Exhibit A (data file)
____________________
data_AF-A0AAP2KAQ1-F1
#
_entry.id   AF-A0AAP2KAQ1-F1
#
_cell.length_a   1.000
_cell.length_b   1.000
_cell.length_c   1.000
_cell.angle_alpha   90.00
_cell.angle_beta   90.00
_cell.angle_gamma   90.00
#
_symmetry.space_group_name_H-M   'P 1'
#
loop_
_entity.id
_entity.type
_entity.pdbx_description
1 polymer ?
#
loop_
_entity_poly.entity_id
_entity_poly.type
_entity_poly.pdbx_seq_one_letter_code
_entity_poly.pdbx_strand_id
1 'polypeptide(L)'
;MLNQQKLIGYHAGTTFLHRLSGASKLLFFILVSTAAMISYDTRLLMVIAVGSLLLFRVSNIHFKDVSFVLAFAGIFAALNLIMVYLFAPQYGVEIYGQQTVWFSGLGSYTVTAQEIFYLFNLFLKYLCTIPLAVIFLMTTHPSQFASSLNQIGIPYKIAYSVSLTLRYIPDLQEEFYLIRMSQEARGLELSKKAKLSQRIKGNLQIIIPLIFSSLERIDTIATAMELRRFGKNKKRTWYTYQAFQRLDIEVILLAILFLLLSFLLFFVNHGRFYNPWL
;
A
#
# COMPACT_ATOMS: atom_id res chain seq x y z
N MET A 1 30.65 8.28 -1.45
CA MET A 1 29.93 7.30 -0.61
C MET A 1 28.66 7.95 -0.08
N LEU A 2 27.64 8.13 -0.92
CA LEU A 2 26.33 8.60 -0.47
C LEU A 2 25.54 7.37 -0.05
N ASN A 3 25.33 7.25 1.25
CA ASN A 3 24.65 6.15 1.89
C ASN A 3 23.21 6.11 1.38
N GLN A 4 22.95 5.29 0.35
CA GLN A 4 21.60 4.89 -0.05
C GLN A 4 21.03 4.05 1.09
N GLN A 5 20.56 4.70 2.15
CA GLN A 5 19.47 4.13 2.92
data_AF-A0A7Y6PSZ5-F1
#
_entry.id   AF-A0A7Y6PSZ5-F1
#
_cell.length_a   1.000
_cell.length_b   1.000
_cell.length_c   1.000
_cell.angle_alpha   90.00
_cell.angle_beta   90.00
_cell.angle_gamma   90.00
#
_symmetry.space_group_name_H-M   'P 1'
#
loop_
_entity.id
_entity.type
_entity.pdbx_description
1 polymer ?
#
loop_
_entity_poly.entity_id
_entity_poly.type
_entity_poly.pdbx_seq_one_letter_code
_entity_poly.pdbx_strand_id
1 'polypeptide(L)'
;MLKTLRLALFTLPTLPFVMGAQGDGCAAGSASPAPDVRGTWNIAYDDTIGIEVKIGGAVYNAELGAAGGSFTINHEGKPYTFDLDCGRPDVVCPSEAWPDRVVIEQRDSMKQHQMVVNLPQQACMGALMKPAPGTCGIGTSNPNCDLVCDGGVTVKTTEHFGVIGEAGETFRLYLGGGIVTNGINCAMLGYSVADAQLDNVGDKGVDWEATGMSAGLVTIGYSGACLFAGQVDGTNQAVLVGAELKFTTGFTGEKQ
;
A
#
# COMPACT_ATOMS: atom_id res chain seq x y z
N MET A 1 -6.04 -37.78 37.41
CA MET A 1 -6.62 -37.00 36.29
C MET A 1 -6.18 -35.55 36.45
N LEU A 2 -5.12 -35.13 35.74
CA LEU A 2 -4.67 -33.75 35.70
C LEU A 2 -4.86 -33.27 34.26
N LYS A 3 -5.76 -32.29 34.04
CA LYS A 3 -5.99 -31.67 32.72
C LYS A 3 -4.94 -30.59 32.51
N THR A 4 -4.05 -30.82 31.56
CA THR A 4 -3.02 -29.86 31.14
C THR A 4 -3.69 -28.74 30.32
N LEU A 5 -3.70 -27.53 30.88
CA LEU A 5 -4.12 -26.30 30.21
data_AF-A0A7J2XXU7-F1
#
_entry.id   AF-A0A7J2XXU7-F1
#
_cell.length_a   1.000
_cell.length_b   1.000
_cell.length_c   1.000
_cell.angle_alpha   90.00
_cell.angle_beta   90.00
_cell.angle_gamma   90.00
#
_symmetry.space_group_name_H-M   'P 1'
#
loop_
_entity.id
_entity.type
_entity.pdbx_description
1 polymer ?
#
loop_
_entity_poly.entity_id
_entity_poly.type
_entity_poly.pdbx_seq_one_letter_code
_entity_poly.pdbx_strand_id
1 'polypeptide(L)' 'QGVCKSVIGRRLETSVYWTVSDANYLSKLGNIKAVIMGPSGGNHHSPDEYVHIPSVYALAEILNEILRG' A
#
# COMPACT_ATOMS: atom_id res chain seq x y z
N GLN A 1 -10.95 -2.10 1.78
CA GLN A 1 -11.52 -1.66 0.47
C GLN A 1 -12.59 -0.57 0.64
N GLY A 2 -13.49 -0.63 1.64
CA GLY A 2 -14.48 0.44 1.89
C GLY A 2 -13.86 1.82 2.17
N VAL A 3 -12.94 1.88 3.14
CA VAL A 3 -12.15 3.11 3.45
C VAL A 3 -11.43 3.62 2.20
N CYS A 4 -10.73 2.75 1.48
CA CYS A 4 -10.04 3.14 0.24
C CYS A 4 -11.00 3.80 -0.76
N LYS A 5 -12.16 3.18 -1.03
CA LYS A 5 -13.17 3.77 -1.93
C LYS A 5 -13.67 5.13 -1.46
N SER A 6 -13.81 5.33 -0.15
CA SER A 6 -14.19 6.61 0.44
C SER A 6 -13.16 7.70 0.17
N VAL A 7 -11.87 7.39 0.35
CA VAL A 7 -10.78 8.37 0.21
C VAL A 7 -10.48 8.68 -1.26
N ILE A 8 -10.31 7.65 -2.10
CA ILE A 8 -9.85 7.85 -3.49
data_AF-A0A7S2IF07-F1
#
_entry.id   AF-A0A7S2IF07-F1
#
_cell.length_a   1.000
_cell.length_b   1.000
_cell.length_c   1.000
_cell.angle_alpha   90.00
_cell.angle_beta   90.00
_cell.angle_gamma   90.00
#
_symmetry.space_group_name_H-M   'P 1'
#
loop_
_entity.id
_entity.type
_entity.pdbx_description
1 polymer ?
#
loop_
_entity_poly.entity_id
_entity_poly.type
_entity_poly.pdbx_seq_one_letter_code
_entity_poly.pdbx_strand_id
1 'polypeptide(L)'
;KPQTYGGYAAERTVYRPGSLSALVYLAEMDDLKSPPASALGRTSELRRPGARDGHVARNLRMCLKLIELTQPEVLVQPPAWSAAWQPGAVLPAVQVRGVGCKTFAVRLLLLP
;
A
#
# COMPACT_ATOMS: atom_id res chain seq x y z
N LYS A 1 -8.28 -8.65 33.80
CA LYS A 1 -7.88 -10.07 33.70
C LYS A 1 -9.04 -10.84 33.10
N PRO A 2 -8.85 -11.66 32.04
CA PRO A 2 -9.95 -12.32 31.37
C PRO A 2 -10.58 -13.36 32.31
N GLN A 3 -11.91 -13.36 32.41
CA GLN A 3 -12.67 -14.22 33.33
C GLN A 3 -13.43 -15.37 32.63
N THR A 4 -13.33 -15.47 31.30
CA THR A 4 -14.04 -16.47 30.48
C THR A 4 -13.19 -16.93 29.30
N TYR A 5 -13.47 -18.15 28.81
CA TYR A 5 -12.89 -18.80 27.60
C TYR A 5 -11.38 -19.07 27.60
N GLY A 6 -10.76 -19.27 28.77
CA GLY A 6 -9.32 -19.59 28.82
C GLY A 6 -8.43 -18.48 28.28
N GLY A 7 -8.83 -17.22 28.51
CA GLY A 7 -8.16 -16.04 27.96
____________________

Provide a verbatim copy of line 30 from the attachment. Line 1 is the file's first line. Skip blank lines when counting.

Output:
# COMPACT_ATOMS: atom_id res chain seq x y z